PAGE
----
Singapore last year claimed the title of World’s strongest Nation Brand and has held off close challenges from Hong Kong and Switzerland to do the same again this year. Nation Brand value is reliant upon GDP, (i.e. the revenues associated with the brand). Singapore’s small size means it will never be able to challenge for the top spot in brand value terms, because its brand simply cannot be applied extensively enough to generate the same economic uplift as ‘brand USA’ for example. However it terms of its underlying nation brand strength, Singapore comes out on top.

Click here for the full Nation Brands report.

Media Contacts

Konrad Jagodzinski
Communications Director
Brand Finance
Florina Cormack-Loyd
Associate Communications Director
Brand Finance

About Brand Finance

Brand Finance is the world’s leading brand valuation consultancy. Bridging the gap between marketing and finance, Brand Finance evaluates the strength of brands and quantifies their financial value to help organisations of all kinds make strategic decisions.

Headquartered in London, Brand Finance has offices in over 20 countries, offering services on all continents. Every year, Brand Finance conducts more than 5,000 brand valuations, supported by original market research, and publishes nearly 100 reports which rank brands across all sectors and countries.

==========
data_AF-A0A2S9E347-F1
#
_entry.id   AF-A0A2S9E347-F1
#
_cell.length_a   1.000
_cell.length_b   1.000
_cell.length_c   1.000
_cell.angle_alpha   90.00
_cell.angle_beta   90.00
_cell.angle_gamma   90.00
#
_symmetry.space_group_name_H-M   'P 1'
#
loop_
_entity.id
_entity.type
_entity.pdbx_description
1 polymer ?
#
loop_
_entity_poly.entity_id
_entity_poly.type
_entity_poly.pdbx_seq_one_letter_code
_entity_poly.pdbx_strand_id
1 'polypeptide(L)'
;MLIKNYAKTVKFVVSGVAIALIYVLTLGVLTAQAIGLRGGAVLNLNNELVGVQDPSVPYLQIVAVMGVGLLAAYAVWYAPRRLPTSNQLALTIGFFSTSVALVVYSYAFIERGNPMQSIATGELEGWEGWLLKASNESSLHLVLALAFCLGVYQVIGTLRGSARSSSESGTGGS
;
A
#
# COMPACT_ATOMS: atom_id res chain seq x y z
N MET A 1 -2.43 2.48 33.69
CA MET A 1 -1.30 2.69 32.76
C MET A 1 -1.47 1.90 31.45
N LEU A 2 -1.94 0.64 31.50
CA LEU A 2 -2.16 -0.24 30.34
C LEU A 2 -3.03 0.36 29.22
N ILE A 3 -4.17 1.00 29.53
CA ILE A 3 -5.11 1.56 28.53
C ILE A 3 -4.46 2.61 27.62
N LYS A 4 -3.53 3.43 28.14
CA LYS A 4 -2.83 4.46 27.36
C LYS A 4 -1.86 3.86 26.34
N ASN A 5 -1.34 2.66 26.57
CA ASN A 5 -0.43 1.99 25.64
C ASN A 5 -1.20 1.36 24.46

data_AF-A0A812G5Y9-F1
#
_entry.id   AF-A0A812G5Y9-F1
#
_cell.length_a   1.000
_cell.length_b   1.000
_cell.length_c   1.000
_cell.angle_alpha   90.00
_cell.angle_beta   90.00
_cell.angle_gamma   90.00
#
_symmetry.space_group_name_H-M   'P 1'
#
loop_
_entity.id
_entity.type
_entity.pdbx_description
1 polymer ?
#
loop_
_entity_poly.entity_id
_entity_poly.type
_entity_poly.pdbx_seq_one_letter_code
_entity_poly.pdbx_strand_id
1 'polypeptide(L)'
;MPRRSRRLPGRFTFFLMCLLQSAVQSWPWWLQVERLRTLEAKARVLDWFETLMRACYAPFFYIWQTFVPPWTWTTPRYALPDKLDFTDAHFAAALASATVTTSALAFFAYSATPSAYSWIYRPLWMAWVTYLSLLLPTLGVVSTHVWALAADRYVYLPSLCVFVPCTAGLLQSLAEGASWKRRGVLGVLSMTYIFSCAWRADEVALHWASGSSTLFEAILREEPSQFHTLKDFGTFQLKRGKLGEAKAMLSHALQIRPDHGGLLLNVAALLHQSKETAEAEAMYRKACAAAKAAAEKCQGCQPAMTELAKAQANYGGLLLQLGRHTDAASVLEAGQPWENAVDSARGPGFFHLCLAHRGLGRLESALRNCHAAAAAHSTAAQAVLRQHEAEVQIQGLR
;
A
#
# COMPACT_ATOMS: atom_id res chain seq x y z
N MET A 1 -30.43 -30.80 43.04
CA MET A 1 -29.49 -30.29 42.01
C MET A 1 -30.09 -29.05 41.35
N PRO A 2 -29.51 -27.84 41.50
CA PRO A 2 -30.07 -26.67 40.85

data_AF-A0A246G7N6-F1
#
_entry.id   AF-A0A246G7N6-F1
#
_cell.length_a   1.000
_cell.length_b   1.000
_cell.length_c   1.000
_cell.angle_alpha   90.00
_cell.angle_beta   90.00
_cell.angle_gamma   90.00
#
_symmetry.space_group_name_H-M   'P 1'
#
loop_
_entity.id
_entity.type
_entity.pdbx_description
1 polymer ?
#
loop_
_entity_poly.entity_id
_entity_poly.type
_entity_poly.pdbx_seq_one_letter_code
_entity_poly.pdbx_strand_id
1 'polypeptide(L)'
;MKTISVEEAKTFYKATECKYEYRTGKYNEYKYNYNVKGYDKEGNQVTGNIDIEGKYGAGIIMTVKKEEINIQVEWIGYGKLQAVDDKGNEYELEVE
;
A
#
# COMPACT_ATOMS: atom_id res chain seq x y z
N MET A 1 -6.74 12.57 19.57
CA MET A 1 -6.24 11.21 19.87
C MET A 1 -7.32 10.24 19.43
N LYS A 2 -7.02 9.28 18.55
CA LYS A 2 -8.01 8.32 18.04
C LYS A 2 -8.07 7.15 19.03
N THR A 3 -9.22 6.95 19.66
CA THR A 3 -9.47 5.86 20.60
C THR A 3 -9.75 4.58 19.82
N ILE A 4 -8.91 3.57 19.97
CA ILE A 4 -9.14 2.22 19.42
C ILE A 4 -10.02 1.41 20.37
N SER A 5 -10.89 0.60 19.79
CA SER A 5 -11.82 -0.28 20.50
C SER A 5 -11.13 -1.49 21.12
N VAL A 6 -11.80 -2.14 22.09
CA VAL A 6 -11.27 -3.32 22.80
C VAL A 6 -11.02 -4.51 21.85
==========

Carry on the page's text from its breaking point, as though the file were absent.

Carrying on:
Brand Finance is a regulated accountancy firm, leading the standardisation of the brand valuation industry. Brand Finance was the first to be certified by independent auditors as compliant with both ISO 10668 and ISO 20671, and has received the official endorsement of the Marketing Accountability Standards Board (MASB) in the United States.

Methodology

Definition of Brand

Brand is defined as a marketing-related intangible asset including, but not limited to, names, terms, signs, symbols, logos, and designs, intended to identify goods, services, or entities, creating distinctive images and associations in the minds of stakeholders, thereby generating economic benefits.

Brand Strength

Brand strength is the efficacy of a brand’s performance on intangible measures relative to its competitors. Brand Finance evaluates brand strength in a process compliant with ISO 20671, looking at Marketing Investment, Stakeholder Equity, and the impact of those on Business Performance. The data used is derived from Brand Finance’s proprietary market research programme and from publicly available sources.

Each brand is assigned a Brand Strength Index (BSI) score out of 100, which feeds into the brand value calculation. Based on the score, each brand is assigned a corresponding Brand Rating up to AAA+ in a format similar to a credit rating.

Brand Valuation Approach